Signed by 34 States and supported by many others, as well as by several international organizations, the Cotonou Declaration provides a basis for political advocacy that has helped legitimize actions against falsified medicines conducted by different organizations over the past two years. This political mobilization was strengthened in 2010 by the commitment of all the Member States of the Francophonie (the Montreux Summit resolution in October 2010), by the commitment of the African, Caribbean, and Pacific Group of States (November 2010 resolution), and finally by the adoption of the MEDICRIME Convention by the Committee of Ministers of the Council of Europe (December 8, 2010).
This legitimacy has allowed the Fondation Chirac to gradually gather together experts from different institutions and organizations working to prevent and punish the manufacture and trade of falsified medicines: Interpol, the World Customs Organization, the World Health Organization, the French Development Agency, NEPAD….
Since September 2010, the Fondation Chirac’s efforts have also benefited from major support from the Ministry of Foreign and European Affairs. The Ministry has named an Envoy for the fight against falsified medicines to lead the French diplomatic network and further advocacy within Diplomatic Chanceries and international organizations.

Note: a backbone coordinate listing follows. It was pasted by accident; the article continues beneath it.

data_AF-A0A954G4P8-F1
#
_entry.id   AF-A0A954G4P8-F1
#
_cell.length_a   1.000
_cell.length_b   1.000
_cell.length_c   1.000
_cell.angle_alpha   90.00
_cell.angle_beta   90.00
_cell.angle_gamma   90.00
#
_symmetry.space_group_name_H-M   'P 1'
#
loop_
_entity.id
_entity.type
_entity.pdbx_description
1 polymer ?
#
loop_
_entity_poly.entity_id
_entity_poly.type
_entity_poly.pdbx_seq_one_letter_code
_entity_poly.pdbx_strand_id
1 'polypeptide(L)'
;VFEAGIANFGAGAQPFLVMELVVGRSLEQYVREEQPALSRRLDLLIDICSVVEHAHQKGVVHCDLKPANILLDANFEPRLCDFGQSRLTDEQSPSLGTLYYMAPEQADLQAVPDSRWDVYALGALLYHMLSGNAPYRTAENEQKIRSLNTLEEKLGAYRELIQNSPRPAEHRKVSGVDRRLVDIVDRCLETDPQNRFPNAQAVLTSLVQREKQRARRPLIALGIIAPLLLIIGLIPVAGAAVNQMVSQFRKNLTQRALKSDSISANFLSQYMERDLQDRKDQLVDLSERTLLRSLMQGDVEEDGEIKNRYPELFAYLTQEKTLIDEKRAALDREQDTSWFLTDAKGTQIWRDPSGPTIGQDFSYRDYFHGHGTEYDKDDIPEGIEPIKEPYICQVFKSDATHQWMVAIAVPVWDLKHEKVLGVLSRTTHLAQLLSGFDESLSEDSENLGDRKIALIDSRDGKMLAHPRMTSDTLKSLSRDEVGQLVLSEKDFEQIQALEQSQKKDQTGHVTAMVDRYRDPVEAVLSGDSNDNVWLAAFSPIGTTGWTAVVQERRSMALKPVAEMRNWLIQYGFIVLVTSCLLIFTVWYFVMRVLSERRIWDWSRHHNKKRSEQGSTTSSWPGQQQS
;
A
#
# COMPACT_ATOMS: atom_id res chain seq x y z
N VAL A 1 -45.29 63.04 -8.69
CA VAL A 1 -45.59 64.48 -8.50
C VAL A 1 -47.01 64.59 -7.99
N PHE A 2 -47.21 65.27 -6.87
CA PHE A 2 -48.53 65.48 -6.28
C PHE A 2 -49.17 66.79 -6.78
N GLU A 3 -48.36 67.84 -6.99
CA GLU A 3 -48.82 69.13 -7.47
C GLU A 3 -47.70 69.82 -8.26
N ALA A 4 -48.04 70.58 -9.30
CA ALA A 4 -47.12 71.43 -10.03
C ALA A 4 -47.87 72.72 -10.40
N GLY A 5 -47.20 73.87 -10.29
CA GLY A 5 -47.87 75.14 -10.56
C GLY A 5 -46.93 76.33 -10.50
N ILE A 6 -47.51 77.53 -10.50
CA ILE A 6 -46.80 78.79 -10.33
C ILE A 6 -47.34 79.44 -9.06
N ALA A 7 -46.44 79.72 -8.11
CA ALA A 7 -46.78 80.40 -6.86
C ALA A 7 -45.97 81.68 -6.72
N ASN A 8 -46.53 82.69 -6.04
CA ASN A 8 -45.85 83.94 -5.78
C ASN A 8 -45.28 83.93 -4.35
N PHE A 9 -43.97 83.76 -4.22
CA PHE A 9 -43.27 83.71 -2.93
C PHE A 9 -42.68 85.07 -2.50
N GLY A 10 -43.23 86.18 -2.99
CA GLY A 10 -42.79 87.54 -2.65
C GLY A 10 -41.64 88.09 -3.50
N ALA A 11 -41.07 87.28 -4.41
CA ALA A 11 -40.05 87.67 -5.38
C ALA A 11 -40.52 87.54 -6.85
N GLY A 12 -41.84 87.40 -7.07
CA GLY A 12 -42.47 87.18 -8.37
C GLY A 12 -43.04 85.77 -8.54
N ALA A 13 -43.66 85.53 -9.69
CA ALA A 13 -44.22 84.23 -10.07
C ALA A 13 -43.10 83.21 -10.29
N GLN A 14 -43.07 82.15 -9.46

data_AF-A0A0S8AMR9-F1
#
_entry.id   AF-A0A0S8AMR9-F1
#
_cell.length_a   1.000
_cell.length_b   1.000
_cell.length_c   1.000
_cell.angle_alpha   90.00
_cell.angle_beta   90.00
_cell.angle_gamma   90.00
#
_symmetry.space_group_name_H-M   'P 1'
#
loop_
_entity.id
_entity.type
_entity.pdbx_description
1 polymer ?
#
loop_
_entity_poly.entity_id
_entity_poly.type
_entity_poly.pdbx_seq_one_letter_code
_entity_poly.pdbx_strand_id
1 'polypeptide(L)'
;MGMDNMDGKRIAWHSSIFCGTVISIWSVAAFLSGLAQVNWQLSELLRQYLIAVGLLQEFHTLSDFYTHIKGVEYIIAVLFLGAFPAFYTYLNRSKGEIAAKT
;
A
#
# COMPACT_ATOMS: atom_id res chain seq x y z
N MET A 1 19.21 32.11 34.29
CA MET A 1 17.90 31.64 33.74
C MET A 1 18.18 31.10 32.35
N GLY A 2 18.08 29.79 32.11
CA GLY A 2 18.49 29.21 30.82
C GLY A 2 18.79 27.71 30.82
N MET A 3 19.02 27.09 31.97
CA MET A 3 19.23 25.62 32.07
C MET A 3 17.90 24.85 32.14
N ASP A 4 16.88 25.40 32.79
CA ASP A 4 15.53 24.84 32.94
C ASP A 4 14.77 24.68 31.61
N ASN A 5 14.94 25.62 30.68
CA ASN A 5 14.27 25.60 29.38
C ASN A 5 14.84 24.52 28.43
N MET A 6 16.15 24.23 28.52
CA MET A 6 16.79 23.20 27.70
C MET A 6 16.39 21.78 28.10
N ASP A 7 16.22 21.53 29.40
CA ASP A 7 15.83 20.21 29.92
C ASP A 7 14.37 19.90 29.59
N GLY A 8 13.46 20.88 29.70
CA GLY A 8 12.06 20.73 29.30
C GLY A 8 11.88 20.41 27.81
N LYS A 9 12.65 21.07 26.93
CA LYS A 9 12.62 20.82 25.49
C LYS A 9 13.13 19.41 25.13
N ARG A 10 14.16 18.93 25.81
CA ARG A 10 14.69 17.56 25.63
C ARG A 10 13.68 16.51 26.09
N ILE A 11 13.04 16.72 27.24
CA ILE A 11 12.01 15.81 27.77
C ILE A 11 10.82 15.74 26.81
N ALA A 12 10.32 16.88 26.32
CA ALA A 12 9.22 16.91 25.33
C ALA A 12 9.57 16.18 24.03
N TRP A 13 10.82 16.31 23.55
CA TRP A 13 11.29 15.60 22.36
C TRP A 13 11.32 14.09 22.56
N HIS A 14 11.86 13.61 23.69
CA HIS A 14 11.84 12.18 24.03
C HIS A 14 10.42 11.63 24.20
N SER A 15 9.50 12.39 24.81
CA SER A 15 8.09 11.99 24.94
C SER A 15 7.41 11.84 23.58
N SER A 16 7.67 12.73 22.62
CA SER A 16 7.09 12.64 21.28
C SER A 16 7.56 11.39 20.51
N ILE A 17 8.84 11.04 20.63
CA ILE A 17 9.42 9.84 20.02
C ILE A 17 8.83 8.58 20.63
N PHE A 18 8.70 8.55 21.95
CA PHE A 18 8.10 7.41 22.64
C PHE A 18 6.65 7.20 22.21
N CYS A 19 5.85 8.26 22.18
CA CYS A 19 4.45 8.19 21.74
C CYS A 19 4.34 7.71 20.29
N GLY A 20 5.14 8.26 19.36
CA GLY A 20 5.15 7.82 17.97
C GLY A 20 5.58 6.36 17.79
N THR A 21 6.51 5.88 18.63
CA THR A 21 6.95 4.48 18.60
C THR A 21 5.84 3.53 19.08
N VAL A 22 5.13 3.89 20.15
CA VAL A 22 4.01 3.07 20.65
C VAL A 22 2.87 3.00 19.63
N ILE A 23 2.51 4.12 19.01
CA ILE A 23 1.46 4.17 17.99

In 2011, the Fondation’s plea recreated at the regional level its dual activity: political advocacy and technical work in partnership with relevant organizations. The Ouagadougou Roundtable for concerted action against falsified medicines in West Africa was held from September 27 to 29, 2011. It brought together all of West Africa’s technical and financial partners, as well as the two regional economic organizations. The goal was to establish a regional plan of action against falsified medicines, implement a platform for action by partners, and offer technical support to regional economic organizations that are committed to fighting this trans-boundary traffic.
The mobilization against falsified medicines continues and in 2012, it will take on several major challenges: duplicate the example of West Africa to other parts of the world, mobilize donors more substantially on the issue, and raise awareness among the general public and intermediary political bodies.
The Cotonou Declaration was the starting point of these efforts. Though still young, it is already beginning to bear fruit.